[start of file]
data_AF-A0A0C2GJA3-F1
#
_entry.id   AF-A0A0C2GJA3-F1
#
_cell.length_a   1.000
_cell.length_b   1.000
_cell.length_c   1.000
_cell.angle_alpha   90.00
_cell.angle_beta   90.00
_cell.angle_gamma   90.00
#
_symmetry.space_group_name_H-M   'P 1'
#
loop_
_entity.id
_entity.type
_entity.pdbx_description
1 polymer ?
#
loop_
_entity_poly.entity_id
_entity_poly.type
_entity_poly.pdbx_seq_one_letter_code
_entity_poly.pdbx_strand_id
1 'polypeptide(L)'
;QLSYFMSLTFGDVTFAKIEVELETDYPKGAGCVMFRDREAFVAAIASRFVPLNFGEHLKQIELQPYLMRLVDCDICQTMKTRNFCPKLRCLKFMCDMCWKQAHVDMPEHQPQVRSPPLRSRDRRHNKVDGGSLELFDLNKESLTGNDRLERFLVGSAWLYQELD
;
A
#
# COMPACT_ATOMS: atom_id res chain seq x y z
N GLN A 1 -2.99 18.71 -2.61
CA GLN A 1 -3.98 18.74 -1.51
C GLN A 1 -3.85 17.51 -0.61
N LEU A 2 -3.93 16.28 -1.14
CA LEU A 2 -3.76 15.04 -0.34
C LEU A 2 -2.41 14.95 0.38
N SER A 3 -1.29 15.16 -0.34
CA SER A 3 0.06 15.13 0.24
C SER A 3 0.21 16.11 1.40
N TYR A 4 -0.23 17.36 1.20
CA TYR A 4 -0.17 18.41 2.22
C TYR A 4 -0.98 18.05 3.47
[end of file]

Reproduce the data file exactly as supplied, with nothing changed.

data_AF-A0A0C2GJA3-F1
#
_entry.id   AF-A0A0C2GJA3-F1
#
_cell.length_a   1.000
_cell.length_b   1.000
_cell.length_c   1.000
_cell.angle_alpha   90.00
_cell.angle_beta   90.00
_cell.angle_gamma   90.00
#
_symmetry.space_group_name_H-M   'P 1'
#
loop_
_entity.id
_entity.type
_entity.pdbx_description
1 polymer ?
#
loop_
_entity_poly.entity_id
_entity_poly.type
_entity_poly.pdbx_seq_one_letter_code
_entity_poly.pdbx_strand_id
1 'polypeptide(L)'
;QLSYFMSLTFGDVTFAKIEVELETDYPKGAGCVMFRDREAFVAAIASRFVPLNFGEHLKQIELQPYLMRLVDCDICQTMKTRNFCPKLRCLKFMCDMCWKQAHVDMPEHQPQVRSPPLRSRDRRHNKVDGGSLELFDLNKESLTGNDRLERFLVGSAWLYQELD
;
A
#
# COMPACT_ATOMS: atom_id res chain seq x y z
N GLN A 1 -2.99 18.71 -2.61
CA GLN A 1 -3.98 18.74 -1.51
C GLN A 1 -3.85 17.51 -0.61
N LEU A 2 -3.93 16.28 -1.14
CA LEU A 2 -3.76 15.04 -0.34
C LEU A 2 -2.41 14.95 0.38
N SER A 3 -1.29 15.16 -0.34
CA SER A 3 0.06 15.13 0.24
C SER A 3 0.21 16.11 1.40
N TYR A 4 -0.23 17.36 1.20
CA TYR A 4 -0.17 18.41 2.22
C TYR A 4 -0.98 18.05 3.47